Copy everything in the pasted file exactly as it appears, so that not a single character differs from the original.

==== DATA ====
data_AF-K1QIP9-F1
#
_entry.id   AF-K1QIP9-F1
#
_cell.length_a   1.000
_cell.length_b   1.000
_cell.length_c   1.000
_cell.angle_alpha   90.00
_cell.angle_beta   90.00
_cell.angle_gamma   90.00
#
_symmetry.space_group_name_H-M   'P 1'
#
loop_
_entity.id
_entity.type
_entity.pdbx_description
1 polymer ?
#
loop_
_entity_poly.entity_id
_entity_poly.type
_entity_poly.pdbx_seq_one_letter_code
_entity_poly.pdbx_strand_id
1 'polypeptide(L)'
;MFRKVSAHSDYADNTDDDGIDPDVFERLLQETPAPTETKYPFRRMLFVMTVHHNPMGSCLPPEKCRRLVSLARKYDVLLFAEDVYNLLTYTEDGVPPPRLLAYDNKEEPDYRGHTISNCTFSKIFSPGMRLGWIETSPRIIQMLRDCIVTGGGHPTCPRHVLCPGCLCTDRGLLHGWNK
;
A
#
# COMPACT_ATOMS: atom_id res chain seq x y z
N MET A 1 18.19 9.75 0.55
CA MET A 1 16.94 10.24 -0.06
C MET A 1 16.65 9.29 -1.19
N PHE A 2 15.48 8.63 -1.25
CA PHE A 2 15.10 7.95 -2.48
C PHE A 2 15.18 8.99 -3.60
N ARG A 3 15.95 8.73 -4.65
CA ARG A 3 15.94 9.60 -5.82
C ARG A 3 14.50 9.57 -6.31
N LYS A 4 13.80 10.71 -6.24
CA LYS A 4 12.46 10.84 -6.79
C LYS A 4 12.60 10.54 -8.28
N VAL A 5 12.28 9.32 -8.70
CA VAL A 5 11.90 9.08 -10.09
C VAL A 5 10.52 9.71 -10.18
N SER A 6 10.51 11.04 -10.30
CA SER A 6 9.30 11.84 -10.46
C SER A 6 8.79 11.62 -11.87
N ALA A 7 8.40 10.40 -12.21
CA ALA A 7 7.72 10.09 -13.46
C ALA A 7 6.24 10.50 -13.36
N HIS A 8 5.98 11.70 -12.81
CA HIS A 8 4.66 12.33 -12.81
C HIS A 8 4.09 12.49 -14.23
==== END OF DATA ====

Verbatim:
data_AF-K1QIP9-F1
#
_entry.id   AF-K1QIP9-F1
#
_cell.length_a   1.000
_cell.length_b   1.000
_cell.length_c   1.000
_cell.angle_alpha   90.00
_cell.angle_beta   90.00
_cell.angle_gamma   90.00
#
_symmetry.space_group_name_H-M   'P 1'
#
loop_
_entity.id
_entity.type
_entity.pdbx_description
1 polymer ?
#
loop_
_entity_poly.entity_id
_entity_poly.type
_entity_poly.pdbx_seq_one_letter_code
_entity_poly.pdbx_strand_id
1 'polypeptide(L)'
;MFRKVSAHSDYADNTDDDGIDPDVFERLLQETPAPTETKYPFRRMLFVMTVHHNPMGSCLPPEKCRRLVSLARKYDVLLFAEDVYNLLTYTEDGVPPPRLLAYDNKEEPDYRGHTISNCTFSKIFSPGMRLGWIETSPRIIQMLRDCIVTGGGHPTCPRHVLCPGCLCTDRGLLHGWNK
;
A
#
# COMPACT_ATOMS: atom_id res chain seq x y z
N MET A 1 18.19 9.75 0.55
CA MET A 1 16.94 10.24 -0.06
C MET A 1 16.65 9.29 -1.19
N PHE A 2 15.48 8.63 -1.25
CA PHE A 2 15.10 7.95 -2.48
C PHE A 2 15.18 8.99 -3.60
N ARG A 3 15.95 8.73 -4.65
CA ARG A 3 15.94 9.60 -5.82
C ARG A 3 14.50 9.57 -6.31
N LYS A 4 13.80 10.71 -6.24
CA LYS A 4 12.46 10.84 -6.79
C LYS A 4 12.60 10.54 -8.28
N VAL A 5 12.28 9.32 -8.70
CA VAL A 5 11.90 9.08 -10.09
C VAL A 5 10.52 9.71 -10.18
N SER A 6 10.51 11.04 -10.30
CA SER A 6 9.30 11.84 -10.46
C SER A 6 8.79 11.62 -11.87
N ALA A 7 8.40 10.40 -12.21
CA ALA A 7 7.72 10.09 -13.46
C ALA A 7 6.24 10.50 -13.36
N HIS A 8 5.98 11.70 -12.81
CA HIS A 8 4.66 12.33 -12.81
C HIS A 8 4.09 12.49 -14.23